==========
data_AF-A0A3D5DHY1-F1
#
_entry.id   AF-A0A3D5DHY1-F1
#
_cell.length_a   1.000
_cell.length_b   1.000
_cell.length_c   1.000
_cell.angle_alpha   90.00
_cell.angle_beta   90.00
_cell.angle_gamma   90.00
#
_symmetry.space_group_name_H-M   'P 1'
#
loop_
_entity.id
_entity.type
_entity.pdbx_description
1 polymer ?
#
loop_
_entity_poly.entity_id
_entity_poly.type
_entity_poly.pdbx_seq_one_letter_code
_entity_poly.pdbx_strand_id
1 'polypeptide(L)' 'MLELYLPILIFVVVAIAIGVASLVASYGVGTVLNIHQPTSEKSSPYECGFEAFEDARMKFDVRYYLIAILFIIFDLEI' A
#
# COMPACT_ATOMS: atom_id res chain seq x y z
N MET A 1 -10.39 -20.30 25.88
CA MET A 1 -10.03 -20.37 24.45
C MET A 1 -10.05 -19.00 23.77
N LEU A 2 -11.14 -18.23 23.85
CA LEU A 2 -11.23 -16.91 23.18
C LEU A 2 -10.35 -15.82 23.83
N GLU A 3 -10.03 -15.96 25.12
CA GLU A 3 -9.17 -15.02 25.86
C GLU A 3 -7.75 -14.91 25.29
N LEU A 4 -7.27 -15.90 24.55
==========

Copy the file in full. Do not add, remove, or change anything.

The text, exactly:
data_AF-A0A3D5DHY1-F1
#
_entry.id   AF-A0A3D5DHY1-F1
#
_cell.length_a   1.000
_cell.length_b   1.000
_cell.length_c   1.000
_cell.angle_alpha   90.00
_cell.angle_beta   90.00
_cell.angle_gamma   90.00
#
_symmetry.space_group_name_H-M   'P 1'
#
loop_
_entity.id
_entity.type
_entity.pdbx_description
1 polymer ?
#
loop_
_entity_poly.entity_id
_entity_poly.type
_entity_poly.pdbx_seq_one_letter_code
_entity_poly.pdbx_strand_id
1 'polypeptide(L)' 'MLELYLPILIFVVVAIAIGVASLVASYGVGTVLNIHQPTSEKSSPYECGFEAFEDARMKFDVRYYLIAILFIIFDLEI' A
#
# COMPACT_ATOMS: atom_id res chain seq x y z
N MET A 1 -10.39 -20.30 25.88
CA MET A 1 -10.03 -20.37 24.45
C MET A 1 -10.05 -19.00 23.77
N LEU A 2 -11.14 -18.23 23.85
CA LEU A 2 -11.23 -16.91 23.18
C LEU A 2 -10.35 -15.82 23.83
N GLU A 3 -10.03 -15.96 25.12
CA GLU A 3 -9.17 -15.02 25.86
C GLU A 3 -7.75 -14.91 25.29
N LEU A 4 -7.27 -15.90 24.55